There has to be a good deal of trust for this method to work but if you only start with 5 - 10 products it's not too much of risk and once they have signed for those products going in to their shop (always get a signed receipt of delivery) then it's easy to see how many have been used.

The benefits of this method works both ways. The shop gets to sell a product for a commission at no initial outlay or risk and you get your product displayed in a retail shop, hopefully near the till! When someone buys your product they may buy again direct from you via your website or social media channel - just made sure your product labels are designed correctly and have this information on them. (See more information on branding and design).

Depending on what products you make you will need to try different outlets. For instance, nail balm in nail bars and beauty salons, body oils in beauty salons or gift shops, intensive hand balm in country stores and if you make very eco-orientated products, try some of the health food shops or shops that sell food for you to weight out yourself. Think about where you ideal customer will be visiting and target those shops.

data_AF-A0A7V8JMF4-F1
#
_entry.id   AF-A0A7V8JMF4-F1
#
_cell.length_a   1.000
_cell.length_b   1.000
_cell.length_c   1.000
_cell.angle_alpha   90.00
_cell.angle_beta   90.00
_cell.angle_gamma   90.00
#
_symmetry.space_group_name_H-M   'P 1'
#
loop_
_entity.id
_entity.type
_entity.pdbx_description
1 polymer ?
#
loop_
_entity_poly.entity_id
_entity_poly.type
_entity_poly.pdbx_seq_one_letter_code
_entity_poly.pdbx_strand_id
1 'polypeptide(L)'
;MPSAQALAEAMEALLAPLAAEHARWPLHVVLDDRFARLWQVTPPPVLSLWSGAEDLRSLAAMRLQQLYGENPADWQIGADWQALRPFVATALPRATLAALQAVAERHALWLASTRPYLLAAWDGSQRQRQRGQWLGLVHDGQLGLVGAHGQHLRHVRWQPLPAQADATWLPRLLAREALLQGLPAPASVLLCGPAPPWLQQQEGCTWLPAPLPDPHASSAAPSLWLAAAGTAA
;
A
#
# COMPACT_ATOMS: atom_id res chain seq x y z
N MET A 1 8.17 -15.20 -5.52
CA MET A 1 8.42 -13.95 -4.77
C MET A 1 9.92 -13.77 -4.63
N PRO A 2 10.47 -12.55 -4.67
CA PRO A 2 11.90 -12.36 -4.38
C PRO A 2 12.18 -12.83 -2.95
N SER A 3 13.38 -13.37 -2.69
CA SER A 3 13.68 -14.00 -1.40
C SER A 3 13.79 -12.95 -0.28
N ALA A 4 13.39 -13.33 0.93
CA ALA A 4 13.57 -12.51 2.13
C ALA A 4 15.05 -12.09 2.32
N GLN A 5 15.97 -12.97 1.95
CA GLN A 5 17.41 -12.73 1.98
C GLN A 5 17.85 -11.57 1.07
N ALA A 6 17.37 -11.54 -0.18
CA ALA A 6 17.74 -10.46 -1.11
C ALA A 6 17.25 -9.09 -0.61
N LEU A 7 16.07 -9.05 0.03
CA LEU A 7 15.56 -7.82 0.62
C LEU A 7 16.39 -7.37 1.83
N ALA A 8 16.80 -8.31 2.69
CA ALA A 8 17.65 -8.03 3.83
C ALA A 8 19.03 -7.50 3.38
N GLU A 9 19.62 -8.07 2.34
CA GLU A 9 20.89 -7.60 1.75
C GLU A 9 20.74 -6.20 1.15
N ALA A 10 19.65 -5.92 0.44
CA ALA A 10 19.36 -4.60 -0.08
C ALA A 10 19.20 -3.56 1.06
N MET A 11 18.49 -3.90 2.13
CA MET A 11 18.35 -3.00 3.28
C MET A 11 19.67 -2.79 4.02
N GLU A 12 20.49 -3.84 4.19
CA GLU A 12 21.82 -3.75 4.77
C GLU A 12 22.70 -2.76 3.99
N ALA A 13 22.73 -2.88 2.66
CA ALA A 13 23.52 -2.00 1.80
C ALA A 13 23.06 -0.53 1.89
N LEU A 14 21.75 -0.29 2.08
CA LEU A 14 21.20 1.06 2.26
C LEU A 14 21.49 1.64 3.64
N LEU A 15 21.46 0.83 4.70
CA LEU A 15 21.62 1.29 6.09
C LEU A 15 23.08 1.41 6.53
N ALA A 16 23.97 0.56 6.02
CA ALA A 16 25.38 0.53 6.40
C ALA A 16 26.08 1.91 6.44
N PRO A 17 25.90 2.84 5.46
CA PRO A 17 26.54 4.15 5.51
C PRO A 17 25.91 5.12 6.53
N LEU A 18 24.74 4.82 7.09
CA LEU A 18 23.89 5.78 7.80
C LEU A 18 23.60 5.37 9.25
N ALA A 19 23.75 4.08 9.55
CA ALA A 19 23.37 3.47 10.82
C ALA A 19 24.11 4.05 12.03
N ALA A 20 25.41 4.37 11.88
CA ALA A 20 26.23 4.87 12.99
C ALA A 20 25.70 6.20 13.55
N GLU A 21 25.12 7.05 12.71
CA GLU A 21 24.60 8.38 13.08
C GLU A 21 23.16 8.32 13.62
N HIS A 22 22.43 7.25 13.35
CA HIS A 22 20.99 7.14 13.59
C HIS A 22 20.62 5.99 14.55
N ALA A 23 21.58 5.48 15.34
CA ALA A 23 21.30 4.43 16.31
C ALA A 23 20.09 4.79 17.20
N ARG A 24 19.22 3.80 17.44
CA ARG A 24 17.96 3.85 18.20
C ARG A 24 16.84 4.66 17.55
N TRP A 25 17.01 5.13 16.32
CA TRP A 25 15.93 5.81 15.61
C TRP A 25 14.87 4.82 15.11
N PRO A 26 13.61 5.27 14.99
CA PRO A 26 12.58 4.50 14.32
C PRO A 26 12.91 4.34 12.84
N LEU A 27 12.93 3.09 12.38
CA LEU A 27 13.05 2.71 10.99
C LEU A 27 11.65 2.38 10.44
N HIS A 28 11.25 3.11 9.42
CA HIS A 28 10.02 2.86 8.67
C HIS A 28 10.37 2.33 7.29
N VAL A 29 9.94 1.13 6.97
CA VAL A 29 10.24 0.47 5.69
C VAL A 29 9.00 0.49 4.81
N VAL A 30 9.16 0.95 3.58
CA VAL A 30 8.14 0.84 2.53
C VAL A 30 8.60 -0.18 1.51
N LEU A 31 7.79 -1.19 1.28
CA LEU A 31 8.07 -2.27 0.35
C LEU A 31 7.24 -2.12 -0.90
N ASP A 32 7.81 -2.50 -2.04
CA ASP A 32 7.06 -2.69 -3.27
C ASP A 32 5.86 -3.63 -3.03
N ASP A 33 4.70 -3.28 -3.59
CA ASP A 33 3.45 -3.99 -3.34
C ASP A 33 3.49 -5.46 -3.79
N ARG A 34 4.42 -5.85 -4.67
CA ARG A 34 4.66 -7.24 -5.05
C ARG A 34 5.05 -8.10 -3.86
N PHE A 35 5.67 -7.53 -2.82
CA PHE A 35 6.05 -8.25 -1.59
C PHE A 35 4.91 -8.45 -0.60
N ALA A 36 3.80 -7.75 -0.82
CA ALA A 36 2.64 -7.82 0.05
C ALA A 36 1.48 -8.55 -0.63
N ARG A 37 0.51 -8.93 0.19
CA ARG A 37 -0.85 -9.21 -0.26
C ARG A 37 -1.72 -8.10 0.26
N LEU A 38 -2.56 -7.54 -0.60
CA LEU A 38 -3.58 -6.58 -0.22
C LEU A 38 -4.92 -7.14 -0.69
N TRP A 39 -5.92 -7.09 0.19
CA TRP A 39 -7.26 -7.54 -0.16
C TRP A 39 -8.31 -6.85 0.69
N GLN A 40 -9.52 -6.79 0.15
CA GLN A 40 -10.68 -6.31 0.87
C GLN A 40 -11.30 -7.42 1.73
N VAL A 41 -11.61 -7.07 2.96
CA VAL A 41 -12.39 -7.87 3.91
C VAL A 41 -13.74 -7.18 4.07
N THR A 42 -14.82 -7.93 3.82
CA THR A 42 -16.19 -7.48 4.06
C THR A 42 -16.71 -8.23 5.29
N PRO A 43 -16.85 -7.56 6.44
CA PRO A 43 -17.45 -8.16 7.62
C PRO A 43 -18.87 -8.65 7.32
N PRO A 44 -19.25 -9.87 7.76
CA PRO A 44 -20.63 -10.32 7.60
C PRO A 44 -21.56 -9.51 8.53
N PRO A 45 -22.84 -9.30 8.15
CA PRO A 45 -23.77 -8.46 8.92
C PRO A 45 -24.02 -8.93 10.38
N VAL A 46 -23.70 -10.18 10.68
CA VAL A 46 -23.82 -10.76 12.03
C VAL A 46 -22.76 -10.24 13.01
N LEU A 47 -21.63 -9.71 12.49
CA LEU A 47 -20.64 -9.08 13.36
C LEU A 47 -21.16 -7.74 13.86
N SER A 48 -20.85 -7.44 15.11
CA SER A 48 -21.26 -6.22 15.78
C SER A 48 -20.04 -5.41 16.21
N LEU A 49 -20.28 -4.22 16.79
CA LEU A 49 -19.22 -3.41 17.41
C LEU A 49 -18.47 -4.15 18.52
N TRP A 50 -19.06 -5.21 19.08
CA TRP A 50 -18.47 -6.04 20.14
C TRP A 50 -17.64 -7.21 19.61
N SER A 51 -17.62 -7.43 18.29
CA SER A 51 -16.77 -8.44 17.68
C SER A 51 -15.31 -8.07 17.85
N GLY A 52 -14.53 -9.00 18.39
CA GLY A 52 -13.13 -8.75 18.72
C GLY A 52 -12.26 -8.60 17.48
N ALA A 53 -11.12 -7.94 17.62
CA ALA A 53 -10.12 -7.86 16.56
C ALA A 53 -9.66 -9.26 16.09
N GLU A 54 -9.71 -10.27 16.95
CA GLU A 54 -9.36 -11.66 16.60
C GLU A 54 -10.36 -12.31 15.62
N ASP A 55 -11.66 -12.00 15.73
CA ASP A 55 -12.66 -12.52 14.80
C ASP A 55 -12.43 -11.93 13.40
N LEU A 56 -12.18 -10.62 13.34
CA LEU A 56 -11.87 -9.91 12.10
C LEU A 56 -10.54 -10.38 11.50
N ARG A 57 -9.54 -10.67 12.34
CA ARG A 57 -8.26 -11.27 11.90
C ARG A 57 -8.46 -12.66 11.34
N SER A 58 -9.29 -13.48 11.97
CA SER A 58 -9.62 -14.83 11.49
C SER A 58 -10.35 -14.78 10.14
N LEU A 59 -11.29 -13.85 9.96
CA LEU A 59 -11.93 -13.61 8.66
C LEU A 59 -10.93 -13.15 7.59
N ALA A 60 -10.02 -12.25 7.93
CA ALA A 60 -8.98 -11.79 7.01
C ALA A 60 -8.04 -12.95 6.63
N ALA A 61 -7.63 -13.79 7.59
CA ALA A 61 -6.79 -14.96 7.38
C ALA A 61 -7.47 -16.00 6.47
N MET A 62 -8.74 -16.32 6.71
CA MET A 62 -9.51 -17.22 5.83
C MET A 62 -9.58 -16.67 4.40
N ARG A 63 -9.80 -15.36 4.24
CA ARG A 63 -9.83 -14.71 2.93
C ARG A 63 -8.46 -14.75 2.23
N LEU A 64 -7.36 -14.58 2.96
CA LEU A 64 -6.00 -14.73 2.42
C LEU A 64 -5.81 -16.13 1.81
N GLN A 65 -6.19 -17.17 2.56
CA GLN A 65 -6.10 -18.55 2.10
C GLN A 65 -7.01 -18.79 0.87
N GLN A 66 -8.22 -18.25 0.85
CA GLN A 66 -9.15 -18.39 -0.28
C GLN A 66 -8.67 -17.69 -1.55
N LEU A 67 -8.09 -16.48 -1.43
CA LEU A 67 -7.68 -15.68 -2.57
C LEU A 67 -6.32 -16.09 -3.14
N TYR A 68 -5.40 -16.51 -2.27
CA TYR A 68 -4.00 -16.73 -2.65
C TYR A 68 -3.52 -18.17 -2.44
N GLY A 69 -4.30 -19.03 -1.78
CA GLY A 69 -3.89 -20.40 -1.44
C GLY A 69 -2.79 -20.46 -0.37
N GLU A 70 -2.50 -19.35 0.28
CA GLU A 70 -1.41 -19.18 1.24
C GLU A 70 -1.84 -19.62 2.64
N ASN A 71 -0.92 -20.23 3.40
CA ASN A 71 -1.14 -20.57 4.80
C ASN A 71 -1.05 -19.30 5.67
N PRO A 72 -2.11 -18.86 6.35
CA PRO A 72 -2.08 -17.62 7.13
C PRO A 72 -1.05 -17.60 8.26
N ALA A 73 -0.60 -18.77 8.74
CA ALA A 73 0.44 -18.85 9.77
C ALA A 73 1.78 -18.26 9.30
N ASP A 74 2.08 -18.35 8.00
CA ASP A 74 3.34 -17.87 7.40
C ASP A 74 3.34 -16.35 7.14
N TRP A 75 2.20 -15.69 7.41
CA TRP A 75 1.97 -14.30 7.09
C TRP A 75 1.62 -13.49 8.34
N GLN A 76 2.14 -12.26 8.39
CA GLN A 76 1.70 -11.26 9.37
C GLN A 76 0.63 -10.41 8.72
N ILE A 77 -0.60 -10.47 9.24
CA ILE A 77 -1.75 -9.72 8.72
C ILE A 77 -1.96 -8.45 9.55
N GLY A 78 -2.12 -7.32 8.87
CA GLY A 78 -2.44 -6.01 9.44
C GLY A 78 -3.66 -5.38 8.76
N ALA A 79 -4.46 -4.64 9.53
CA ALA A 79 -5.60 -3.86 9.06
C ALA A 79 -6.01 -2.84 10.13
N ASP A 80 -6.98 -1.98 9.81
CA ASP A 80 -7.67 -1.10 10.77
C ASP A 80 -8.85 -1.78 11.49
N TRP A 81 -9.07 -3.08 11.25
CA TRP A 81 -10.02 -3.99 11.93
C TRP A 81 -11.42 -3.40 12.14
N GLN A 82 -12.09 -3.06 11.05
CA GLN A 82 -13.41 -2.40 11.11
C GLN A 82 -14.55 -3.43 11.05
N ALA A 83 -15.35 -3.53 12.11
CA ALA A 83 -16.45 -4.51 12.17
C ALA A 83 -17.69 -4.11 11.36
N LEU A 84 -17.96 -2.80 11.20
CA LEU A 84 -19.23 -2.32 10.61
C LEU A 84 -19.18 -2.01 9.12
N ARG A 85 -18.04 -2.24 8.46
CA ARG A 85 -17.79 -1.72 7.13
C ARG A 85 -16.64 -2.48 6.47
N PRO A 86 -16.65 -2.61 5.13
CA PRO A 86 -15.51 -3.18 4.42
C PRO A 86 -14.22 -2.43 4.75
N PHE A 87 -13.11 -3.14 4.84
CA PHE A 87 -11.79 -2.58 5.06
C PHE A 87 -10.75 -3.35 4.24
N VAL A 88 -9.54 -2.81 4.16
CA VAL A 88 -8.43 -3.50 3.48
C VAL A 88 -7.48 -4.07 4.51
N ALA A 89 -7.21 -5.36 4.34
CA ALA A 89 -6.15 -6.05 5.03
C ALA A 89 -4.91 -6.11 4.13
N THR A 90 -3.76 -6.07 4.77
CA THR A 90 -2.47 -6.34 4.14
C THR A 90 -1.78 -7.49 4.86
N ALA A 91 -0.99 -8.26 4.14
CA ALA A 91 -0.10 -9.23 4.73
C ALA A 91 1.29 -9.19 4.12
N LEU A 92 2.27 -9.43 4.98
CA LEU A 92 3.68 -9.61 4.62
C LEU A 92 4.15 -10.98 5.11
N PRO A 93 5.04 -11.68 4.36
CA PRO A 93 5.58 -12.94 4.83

Selling homemade skincare products wholesale

This method means making products and selling them to other businesses to sell in their outlets. To do this you usually have to be able to produce larger amounts of products and sell them at a much cheaper price (the shop will need to put their mark-up on them).

The bonus of this method is that when you are making greater quantities then you can usually buy your raw materials for less (check ingredient suppliers page). You then make a smaller mark-up on a product than if you were selling direct to a customer yourself, but you don't have to market and sell them all.

If you are selling the product yourself as well, you don't want anyone selling the product for less than you do

One of the places where you can easily list your homemade skincare products for sale wholesale is on This is a wholesale marketplace website where you can set up all your products just to sell wholesale. When selling wholesale you set a minimum order level and this could be either a quantity, for instance 25 bars of soap if you just sell one product, or a minimum order amount, for instance £100, if you sell more than one product.

Selling homemade skincare at markets, fairs and festivals